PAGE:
With a group of characters who tend to steal and stockpile, and a new crisis card revealed every turn to deliver refreshing new ways for everyone to get killed and eaten, Dead of Winter creates some of the most intense survival mind games and preposterous paranoid reasoning you could hope for.
It also stands as one of the best story-driven options you can play, making for a rich co-operative game all round – even if it ends up with you throwing your friends to the walking dead based on a random hunch.
This here is Among Us meets John Carpenter’s The Thing, as teams of 15 race to complete tasks while being hunted by a shapeshifting monster.
With 15 maps and tons of strategic killing and trapping opportunities, Unfortunate Spacemen‘s shapeshifting mode makes each round feel unique as players struggle to survive. The first-person perspective and solid art direction add an extra layer of suspense as players navigate the abandoned spaceship, anxiously awaiting the betrayer.
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Thanks to the variety of gameplay options and the recently added ‘tribunal’ system, Unfortunate Spacemen feels like a more fleshed out (and free) alternative to Among Us.
Even if you suspect the monster correctly, you still need to shoot it down, avoid being conned, and complete your objectives, making this one of the more detailed and challenging social deduction titles out right now.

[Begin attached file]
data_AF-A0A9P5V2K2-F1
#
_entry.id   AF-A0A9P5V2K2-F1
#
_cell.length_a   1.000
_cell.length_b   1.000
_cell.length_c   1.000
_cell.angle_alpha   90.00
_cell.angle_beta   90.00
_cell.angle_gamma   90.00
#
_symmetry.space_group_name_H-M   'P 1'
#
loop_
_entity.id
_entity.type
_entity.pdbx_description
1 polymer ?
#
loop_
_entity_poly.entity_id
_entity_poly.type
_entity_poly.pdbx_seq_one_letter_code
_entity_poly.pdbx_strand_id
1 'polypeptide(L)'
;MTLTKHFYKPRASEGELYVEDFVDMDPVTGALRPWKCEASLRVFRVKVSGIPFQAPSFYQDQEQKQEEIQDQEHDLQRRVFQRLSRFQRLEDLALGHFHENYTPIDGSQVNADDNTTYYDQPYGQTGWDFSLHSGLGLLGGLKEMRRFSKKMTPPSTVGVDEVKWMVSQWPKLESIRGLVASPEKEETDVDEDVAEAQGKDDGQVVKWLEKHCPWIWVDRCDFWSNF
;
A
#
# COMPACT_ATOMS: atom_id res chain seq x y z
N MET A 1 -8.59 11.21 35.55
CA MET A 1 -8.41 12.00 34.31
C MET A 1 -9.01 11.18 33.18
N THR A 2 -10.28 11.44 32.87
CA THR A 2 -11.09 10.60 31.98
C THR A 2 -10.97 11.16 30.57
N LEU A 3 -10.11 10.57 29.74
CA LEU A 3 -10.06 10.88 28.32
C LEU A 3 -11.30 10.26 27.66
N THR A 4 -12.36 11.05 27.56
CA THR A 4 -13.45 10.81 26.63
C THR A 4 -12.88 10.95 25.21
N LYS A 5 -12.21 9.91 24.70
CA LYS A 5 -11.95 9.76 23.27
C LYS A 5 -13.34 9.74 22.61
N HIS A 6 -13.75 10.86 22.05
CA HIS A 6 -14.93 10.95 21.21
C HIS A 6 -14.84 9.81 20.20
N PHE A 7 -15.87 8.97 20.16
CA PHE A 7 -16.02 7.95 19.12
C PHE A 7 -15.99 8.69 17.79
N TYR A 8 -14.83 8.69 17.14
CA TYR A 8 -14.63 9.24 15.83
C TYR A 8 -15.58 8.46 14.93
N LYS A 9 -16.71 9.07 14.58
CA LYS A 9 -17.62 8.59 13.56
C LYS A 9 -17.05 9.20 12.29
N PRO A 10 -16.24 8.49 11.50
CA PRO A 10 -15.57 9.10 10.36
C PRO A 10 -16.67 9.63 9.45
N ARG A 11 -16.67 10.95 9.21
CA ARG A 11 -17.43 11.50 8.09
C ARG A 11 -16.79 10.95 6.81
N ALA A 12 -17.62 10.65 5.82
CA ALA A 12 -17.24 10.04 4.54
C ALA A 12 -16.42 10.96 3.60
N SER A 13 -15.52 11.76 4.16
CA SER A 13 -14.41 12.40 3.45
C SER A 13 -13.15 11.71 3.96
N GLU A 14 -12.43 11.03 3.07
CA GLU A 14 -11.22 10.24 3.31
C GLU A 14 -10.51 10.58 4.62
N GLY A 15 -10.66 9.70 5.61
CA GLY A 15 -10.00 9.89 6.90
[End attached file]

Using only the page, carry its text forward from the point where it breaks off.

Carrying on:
Betrayal At House On The Hill
If you are a fan of slasher teen movies, this thematic board game will be right up your alley. Betrayal at House on the Hill is a semi-cooperative game where players explore a haunted house, laying down room tiles and gathering items until a ‘haunt’ is triggered. Based on certain conditions, one of 50 different scenarios will then play out, in which a traitor actively works against the group of heroes.
Unlike other games on our list, you often know who the traitor is. Even so, suspense and mind games still abound as you explore the house, with nary a clue who of your merry band will turn against you – until the haunt starts.